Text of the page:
As you are reading this post, reflect on your body. Are you hunched over? Do you have your arms, legs or ankles crossed? Are you opened up and spread out? Pay attention to what you are doing as you continue to read.
We all know that our body language affects how we communicate. In fact, we make judgments based on inferences from body language such as whom we hire or promote in the workplace. Research shows that when people are shown 30-second soundless clips of physician-patient interactions, their judgment on the physician’s niceness predicted whether or not the physician got sued. This suggests that the physician’s skills were not as important as our interactions with them.
However, when we think of non-verbal communication, we often ignore the effect of our own body language on ourselves.
Our non-verbals govern how other people think and feel about us.
Do our non-verbals govern how we think and feel about ourselves?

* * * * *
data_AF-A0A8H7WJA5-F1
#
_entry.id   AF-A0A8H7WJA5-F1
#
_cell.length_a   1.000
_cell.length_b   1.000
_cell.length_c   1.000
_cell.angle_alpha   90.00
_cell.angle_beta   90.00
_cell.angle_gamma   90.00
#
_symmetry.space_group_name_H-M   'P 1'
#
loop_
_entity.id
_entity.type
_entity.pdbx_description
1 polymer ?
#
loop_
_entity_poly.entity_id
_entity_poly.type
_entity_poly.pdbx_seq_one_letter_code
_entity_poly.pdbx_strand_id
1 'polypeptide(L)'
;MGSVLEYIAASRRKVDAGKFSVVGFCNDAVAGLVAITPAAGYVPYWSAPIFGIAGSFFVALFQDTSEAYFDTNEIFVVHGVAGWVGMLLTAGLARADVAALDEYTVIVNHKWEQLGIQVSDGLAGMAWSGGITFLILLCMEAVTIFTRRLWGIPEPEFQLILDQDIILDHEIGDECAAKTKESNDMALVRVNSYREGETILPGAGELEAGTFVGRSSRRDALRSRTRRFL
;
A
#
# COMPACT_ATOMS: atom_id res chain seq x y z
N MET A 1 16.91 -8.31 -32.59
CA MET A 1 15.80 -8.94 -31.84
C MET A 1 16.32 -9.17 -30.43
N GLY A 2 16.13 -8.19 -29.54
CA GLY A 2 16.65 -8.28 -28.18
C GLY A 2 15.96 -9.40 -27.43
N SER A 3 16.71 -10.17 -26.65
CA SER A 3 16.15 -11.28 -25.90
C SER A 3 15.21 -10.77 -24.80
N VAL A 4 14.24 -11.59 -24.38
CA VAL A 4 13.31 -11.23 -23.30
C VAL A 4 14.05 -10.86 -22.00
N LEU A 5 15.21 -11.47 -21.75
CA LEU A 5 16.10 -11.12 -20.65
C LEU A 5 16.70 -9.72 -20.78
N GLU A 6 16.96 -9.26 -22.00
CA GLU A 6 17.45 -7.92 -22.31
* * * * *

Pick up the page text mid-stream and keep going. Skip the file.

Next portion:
In her world renowned TED talk, psychologist, Amy Cuddy discovered if you posed as if you have power, for just two minutes, not only does it affect the way people perceive you, but it has an affect on your mental state.
Amy Cuddy and her colleagues performed an experiment by randomly assigning participants to two groups: High-Power or a Low-Power pose group. She then had them go through an intense and stressful five minute job interview.
What did she find?
Cuddy’s research suggests that standing in a power pose for two- minutes can raise your testosterone (the dominance hormone) by 25%, and also lower your stress-inducing hormone, cortisol, by 25%. Furthermore, the people who were consistently recommended and evaluated more positively overall were the high posers. This was not due to the content of their speech or their qualifications, but their presence, enthusiasm, passion, and confidence.
For only two minutes a day, adopt a high power pose in an elevator or behind your desk behind closed doors. In your next interaction with your colleagues, reflect on how you use your body to deliver your message across. Remember you are never given a second chance to make a first impression… so make the first one really count!
To learn more on this topic, watch Dr. Cuddy's Ted Talk, click here.
Carney, D. R., Cuddy, A. J., & Yap, A. J. (2010). Power posing brief nonverbal displays affect neuroendocrine levels and risk tolerance. Psychological Science, 21(10), 1363-1368.